The GAL will be present at the court hearings when information about your child is shown to the judge. The GAL will also collaborate with you and the other parent to possibly reach an agreement about the case without contesting in a courtroom hearing. Furthermore, the GAL may request to see the medical, school, and other records about the child. To allow this to happen, GAL may ask parents to sign a waiver, giving the GAL permission to talk to teachers, counselors, doctors, and other persons involved in the child’s care.

The GAL may recognize a need for services to be provided to the family to deal with special issues the family faces. If this occurs, the GAL may suggest that the child and family members participate in certain services. The GAL can request the judge to require the parents to do certain things for the child’s best interest. If the GAL recommends the court order a parent to do something, the parent must abide by those orders. A parent can be punished for failing to comply with a lawful order a judge has entered.

In some special cases, the attorney that serves as the “Guardian ad Litem” is paid by the county, and there is no charge to the parents. If your case does not fall into one of these special scenarios, the fees of the GAL are paid by the mother and father. Additionally, the GAL will track the time they devote to services in your case. The GAL will report the services provided and the amount of time spent to the judge assigned to your case. The GAL will usually provide such an accounting at least every ninety days.

Based on this information obtained from the GAL, the judge will decide what amount the GAL will be paid and how much of that amount should be paid by the mother, and how much by the father. The judge can decide whether the parents should share the cost equally, or the judge can order the bill to be paid differently. This is typically based on the income and resources that a parent has. Often, the GAL will request a “retainer.” This is an advance amount paid to the GAL for the services to be performed later. A qualified lawyer can provide detailed information and advice regarding these matters.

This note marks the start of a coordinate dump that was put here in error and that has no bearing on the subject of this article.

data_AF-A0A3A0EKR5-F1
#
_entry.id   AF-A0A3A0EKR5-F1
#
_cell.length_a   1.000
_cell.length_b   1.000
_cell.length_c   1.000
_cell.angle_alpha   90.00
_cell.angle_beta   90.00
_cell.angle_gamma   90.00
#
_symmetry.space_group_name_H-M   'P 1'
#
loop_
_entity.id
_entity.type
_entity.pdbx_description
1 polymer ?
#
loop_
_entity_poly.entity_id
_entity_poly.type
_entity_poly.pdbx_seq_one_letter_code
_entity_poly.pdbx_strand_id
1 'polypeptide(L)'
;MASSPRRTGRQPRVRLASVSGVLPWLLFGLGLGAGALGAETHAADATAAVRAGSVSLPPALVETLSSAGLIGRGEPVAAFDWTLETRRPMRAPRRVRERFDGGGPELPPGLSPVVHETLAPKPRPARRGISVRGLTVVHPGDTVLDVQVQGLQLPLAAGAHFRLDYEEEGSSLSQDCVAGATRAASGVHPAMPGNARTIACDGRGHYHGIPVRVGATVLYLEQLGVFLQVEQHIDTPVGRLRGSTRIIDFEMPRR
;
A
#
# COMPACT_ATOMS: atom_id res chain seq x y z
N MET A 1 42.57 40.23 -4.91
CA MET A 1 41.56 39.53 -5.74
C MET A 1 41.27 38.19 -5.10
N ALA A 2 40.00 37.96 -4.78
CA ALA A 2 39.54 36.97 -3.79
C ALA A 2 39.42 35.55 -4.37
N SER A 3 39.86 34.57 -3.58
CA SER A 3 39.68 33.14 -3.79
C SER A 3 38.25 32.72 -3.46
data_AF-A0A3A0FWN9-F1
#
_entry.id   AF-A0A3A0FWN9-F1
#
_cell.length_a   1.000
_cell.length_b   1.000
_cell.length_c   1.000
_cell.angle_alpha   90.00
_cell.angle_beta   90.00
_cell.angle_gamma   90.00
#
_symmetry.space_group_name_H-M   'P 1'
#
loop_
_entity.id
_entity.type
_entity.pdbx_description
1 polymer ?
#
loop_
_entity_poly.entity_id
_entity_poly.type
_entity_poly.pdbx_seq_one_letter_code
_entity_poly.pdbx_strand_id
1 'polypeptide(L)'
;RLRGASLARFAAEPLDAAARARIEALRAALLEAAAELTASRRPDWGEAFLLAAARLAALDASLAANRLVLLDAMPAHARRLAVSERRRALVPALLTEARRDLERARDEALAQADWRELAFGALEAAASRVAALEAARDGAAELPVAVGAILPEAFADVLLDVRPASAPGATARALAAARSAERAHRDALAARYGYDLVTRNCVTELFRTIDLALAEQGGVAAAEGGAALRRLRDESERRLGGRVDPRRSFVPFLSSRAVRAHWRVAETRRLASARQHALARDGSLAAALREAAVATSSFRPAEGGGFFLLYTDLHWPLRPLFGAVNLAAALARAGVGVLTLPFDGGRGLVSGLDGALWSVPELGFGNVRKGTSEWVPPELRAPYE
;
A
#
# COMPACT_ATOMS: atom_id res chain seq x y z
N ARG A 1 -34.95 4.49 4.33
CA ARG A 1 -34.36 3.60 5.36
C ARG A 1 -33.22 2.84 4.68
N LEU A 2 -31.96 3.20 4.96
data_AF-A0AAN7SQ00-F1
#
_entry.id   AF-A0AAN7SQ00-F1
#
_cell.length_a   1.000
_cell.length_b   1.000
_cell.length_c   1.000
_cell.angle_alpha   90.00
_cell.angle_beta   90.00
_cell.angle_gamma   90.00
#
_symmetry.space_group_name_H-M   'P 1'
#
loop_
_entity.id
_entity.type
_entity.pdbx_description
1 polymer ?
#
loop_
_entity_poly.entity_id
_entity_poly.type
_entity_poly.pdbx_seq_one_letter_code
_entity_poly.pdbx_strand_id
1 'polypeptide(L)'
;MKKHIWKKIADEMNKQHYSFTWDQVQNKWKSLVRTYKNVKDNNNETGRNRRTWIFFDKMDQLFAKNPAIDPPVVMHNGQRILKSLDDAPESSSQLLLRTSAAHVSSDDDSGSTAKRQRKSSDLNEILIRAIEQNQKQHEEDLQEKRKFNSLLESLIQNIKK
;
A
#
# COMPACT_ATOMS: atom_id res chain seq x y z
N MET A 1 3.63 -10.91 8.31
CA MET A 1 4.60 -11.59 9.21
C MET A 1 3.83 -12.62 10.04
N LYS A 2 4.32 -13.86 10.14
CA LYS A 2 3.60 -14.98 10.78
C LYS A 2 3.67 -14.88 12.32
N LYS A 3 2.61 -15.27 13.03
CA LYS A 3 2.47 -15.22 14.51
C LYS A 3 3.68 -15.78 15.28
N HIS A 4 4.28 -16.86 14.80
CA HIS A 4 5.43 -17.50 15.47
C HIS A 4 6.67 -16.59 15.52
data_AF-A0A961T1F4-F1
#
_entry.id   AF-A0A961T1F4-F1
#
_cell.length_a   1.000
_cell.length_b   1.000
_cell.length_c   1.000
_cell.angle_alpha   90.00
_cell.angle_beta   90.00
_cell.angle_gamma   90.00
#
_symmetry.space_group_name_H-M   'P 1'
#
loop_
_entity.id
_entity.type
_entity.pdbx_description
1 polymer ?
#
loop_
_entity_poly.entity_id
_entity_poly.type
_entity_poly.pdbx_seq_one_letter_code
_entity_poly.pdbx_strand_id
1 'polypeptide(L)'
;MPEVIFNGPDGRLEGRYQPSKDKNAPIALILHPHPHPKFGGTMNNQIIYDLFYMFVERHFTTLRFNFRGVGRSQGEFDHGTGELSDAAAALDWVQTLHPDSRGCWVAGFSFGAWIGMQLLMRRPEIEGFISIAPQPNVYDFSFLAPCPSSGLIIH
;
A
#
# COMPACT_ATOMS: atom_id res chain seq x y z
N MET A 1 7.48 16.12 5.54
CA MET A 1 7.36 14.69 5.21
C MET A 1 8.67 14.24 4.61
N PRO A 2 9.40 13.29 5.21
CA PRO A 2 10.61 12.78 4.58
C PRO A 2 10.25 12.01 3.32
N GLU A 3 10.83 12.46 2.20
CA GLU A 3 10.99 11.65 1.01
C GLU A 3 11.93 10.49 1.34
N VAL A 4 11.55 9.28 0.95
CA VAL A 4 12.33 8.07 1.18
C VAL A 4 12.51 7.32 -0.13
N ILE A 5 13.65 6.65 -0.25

What is the Role of the Child In These Proceedings?

It is prohibited for a parent to limit or restrict GAL access to a child. When the GAL meets with the child, this is a time for the GAL to determine what facts and information are crucial to the child and the case. Therefore, it is advised for a parent not to rehearse what the child should say to the GAL.

Each parent will have an opportunity to meet and discuss with the GAL their issues. During the parent’s meeting with the GAL, the parent can communicate their perspective to the GAL. However, it is understandable for a parent to be curious about what a child communicates with a GAL. But, a parent cannot question the child about what was discussed during meetings between the GAL and the child.

When Do I Need To Contact a Lawyer?

If there has been a guardian ad litem appointed in your case. It is suggested to contact a local guardianship attorney in your area to discuss your path forward. The GAL lawyers provide special services for the courts. Their ultimate goal is to serve the best interests of the child.

Your attorney can provide you with legal advice and guidance if you need to file any legal action. Also, if there are any changes to family laws that could affect your rights, your attorney can keep you updated as well.